The OP is asking a relevant question about how to help him edit Movie trailers/clips efficiently, if you have any tips they are welcome.
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    Originally Posted by lingyi View Post
    As a fan of classic movies, I challenge you or future AI to make a trailer as brilliant as Alfred Hitch****'s trailers. His Psycho trailer is a classic example of his non-technical and non-formulaic brilliance. Something a fan of classic films should understand and appreciate.
    This is one trailer that is very very poor qaulity on youtube, even the version on the BD disc is poor qaulity. There should have been a 1080p version somewhere. I worked at the 20th Century film vault years ago where we had thousands of old classic film trailers in 35mm, in the end I had the job of chopping them with an axe as storage was limited. Im happy with an original HD version of a trailer even with scratches. I was a projectionist for over 35+ years so Ive certainly seen alot of trailers in my time.....
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    Originally Posted by butterw View Post
    Where to find high quality trailers ?

    youtube is not the only place you can find trailers. Apple trailers may be less compressed.
    This site links pretty much all available official US trailers: http://www.davestrailerpage.co.uk/

    But trailers above 1080p are not readily available and for most films older released before 2000, only low quality trailers are available if at all.
    If the only available trailer source is from DVD, AI upscaling could be used.
    A UHD bluray source or regular bluray can be used to extract high quality clips or even make your own trailers.
    I also use HD trailers for newer films but often its hard to find art films with subtitles, classics are impossible. The only classic film trailers from the 30s, 40s, 50s, 60s etc etc are on youtube but mostly very low res versions....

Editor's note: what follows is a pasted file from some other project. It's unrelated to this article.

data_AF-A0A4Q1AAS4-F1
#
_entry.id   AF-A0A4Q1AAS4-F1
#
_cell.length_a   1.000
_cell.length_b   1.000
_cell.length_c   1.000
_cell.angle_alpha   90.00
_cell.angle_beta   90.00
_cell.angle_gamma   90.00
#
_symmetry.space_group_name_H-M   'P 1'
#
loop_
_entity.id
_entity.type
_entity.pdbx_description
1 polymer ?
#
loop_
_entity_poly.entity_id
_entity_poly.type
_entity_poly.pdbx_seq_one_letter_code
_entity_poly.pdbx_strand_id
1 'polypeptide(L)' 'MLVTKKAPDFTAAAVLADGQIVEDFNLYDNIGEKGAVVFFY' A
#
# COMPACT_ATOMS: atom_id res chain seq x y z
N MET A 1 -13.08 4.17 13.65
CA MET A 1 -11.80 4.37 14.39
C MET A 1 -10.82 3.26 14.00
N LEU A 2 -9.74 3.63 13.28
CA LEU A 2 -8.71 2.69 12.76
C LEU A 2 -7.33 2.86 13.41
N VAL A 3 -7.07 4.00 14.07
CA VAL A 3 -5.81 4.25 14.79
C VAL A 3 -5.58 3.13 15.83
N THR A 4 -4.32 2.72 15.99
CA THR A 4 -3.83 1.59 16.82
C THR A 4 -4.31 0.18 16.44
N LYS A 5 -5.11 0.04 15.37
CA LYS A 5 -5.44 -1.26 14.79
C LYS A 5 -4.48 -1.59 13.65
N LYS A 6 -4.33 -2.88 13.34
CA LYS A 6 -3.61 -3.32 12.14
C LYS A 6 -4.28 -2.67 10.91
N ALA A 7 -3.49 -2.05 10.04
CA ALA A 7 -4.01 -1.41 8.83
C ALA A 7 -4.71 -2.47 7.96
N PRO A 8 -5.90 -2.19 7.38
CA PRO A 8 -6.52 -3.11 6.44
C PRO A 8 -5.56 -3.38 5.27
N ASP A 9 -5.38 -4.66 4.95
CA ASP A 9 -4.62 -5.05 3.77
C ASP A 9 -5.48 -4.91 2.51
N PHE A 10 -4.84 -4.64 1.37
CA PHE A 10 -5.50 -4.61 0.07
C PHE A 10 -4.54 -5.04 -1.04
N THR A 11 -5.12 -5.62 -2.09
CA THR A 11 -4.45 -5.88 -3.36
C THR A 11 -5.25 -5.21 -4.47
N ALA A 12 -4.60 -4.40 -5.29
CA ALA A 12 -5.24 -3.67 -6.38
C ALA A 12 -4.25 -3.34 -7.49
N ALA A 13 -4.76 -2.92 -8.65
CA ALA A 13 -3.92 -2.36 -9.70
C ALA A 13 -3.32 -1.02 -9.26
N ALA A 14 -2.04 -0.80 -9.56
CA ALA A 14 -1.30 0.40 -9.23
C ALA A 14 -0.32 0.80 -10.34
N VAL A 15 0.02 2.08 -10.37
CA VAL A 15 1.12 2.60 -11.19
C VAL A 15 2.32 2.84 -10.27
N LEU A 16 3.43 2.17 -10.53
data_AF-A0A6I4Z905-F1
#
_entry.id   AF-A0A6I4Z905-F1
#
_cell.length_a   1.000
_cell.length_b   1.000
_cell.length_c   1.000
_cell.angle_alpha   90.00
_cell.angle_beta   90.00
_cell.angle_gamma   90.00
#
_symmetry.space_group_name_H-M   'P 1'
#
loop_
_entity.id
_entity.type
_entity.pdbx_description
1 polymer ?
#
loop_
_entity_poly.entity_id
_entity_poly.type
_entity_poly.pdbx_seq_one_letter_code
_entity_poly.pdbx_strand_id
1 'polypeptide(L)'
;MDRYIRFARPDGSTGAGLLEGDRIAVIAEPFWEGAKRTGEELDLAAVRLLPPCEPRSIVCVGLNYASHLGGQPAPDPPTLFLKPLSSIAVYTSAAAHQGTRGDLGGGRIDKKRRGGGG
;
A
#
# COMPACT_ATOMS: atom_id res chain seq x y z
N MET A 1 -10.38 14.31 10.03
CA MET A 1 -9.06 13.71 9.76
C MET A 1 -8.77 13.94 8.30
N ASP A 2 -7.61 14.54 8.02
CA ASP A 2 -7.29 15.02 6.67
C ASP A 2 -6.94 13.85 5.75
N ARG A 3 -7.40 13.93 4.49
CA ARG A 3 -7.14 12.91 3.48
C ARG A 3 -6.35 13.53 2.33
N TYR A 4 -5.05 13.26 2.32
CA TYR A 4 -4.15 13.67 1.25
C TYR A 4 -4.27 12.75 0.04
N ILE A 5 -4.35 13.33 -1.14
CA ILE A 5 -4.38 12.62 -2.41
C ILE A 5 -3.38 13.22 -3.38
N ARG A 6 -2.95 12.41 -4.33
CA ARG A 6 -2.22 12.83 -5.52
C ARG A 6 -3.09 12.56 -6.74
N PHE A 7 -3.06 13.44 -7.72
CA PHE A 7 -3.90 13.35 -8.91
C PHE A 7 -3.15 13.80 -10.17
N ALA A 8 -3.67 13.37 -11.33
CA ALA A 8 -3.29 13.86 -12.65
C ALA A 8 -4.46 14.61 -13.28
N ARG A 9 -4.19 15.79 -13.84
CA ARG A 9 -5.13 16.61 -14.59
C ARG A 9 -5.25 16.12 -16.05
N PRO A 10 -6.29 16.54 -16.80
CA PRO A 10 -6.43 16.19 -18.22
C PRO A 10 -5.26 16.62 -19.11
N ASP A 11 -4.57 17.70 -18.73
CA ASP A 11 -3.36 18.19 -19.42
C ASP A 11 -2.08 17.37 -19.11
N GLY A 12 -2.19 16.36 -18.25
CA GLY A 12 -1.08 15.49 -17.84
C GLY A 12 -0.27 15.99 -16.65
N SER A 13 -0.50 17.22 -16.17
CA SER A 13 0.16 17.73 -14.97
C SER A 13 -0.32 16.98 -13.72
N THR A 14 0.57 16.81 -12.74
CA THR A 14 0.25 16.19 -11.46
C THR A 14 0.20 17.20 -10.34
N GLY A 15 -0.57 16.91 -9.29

I have AI upscaling from DVDfab, its useless really. My upscaling using madvr with my JVC NX9 on the 150" curved scope screen is actually better than AI.

    But all your comments are greatly appreciated, thank you.
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    Originally Posted by butterw View Post
    [B]
    Random cut tools:
    - an AviSynth-Plus (.avs) script can be previewed using a video player such as mpc-hc. the duration of the sequences is the parameter you want to experiment with. Longer sequences means less transitions to handle. It's possible to overlay timestamps, the actual editing should be done in your video editor.
    - An alternative tool would be ffmpeg: you can output a lossless keyframe cut video (ex: 20 segments of at least 10s). Keyframes get inserted on scene changes, and typically last 10s. The output can be further edited in your video editor.
    I really dont know what AviSynth-Plus is, I looked it up but couldnt find a good explaination on it.
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  26. Avisynth-plus is the tool jagabo used to generate his automatic.mkv sample. It requires a simple .avs script file that loads and processes the source video.
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  27. Originally Posted by butterw View Post
    Avisynth-plus is the tool jagabo used to generate his automatic.mkv sample.
    Yes, the script looked like:

    Code:
    a = LSmashAudioSource("filename.mp4") 
    v = LSmashVideoSource("filename.mp4")
    AudioDub(v,a)
    
    TrailerLength = 120.0 # desired length of trailer in seconds
    SecPerSeg = 3.0 # seconds per segment
    SegSize = SecPerSeg * framerate
    Interval = framecount / (TrailerLength / SecPerSeg)
    
    SelectRangeEvery(int(Interval), int(SegSize), 0, true)
    I then encoded that with ffmpeg.
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    Originally Posted by jagabo View Post
    Originally Posted by butterw View Post
    Avisynth-plus is the tool jagabo used to generate his automatic.mkv sample.
    Yes, the script looked like:

    Code:
    a = LSmashAudioSource("filename.mp4") 
    v = LSmashVideoSource("filename.mp4")
    AudioDub(v,a)
    
    TrailerLength = 120.0 # desired length of trailer in seconds
    SecPerSeg = 3.0 # seconds per segment
    SegSize = SecPerSeg * framerate
    Interval = framecount / (TrailerLength / SecPerSeg)
    
    SelectRangeEvery(int(Interval), int(SegSize), 0, true)
    I then encoded that with ffmpeg.
    This sort of thing is beyond me one needs to write or understand script. I just use Power Director 16 to make my trailers
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  29. Originally Posted by Murray View Post